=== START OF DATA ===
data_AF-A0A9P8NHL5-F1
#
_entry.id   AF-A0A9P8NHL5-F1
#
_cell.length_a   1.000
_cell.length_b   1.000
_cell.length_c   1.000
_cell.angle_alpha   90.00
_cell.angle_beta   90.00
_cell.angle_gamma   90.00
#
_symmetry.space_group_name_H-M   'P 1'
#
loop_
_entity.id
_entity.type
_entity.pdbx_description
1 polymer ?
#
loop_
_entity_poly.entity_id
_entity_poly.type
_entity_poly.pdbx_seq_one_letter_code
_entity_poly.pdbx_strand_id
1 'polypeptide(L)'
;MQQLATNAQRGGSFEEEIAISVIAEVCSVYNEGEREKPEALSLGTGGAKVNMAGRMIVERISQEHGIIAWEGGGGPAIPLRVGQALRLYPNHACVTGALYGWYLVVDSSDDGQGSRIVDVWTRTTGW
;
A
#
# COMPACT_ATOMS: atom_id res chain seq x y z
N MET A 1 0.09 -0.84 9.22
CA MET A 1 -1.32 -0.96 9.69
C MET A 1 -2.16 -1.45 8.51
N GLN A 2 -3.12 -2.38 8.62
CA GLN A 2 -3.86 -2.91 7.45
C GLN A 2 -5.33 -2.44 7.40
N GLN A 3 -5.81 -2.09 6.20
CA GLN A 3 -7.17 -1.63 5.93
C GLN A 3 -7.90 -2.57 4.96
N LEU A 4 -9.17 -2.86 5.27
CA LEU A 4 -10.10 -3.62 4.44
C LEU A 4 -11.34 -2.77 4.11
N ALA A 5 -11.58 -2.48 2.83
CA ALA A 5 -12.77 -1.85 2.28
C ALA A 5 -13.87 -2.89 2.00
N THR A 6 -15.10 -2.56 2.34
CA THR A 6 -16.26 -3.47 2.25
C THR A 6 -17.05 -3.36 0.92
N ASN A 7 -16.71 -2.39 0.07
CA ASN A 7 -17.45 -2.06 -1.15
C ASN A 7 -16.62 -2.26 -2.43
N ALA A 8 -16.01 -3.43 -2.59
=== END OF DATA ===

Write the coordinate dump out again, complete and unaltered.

data_AF-A0A9P8NHL5-F1
#
_entry.id   AF-A0A9P8NHL5-F1
#
_cell.length_a   1.000
_cell.length_b   1.000
_cell.length_c   1.000
_cell.angle_alpha   90.00
_cell.angle_beta   90.00
_cell.angle_gamma   90.00
#
_symmetry.space_group_name_H-M   'P 1'
#
loop_
_entity.id
_entity.type
_entity.pdbx_description
1 polymer ?
#
loop_
_entity_poly.entity_id
_entity_poly.type
_entity_poly.pdbx_seq_one_letter_code
_entity_poly.pdbx_strand_id
1 'polypeptide(L)'
;MQQLATNAQRGGSFEEEIAISVIAEVCSVYNEGEREKPEALSLGTGGAKVNMAGRMIVERISQEHGIIAWEGGGGPAIPLRVGQALRLYPNHACVTGALYGWYLVVDSSDDGQGSRIVDVWTRTTGW
;
A
#
# COMPACT_ATOMS: atom_id res chain seq x y z
N MET A 1 0.09 -0.84 9.22
CA MET A 1 -1.32 -0.96 9.69
C MET A 1 -2.16 -1.45 8.51
N GLN A 2 -3.12 -2.38 8.62
CA GLN A 2 -3.86 -2.91 7.45
C GLN A 2 -5.33 -2.44 7.40
N GLN A 3 -5.81 -2.09 6.20
CA GLN A 3 -7.17 -1.63 5.93
C GLN A 3 -7.90 -2.57 4.96
N LEU A 4 -9.17 -2.86 5.27
CA LEU A 4 -10.10 -3.62 4.44
C LEU A 4 -11.34 -2.77 4.11
N ALA A 5 -11.58 -2.48 2.83
CA ALA A 5 -12.77 -1.85 2.28
C ALA A 5 -13.87 -2.89 2.00
N THR A 6 -15.10 -2.56 2.34
CA THR A 6 -16.26 -3.47 2.25
C THR A 6 -17.05 -3.36 0.92
N ASN A 7 -16.71 -2.39 0.07
CA ASN A 7 -17.45 -2.06 -1.15
C ASN A 7 -16.62 -2.26 -2.43
N ALA A 8 -16.01 -3.43 -2.59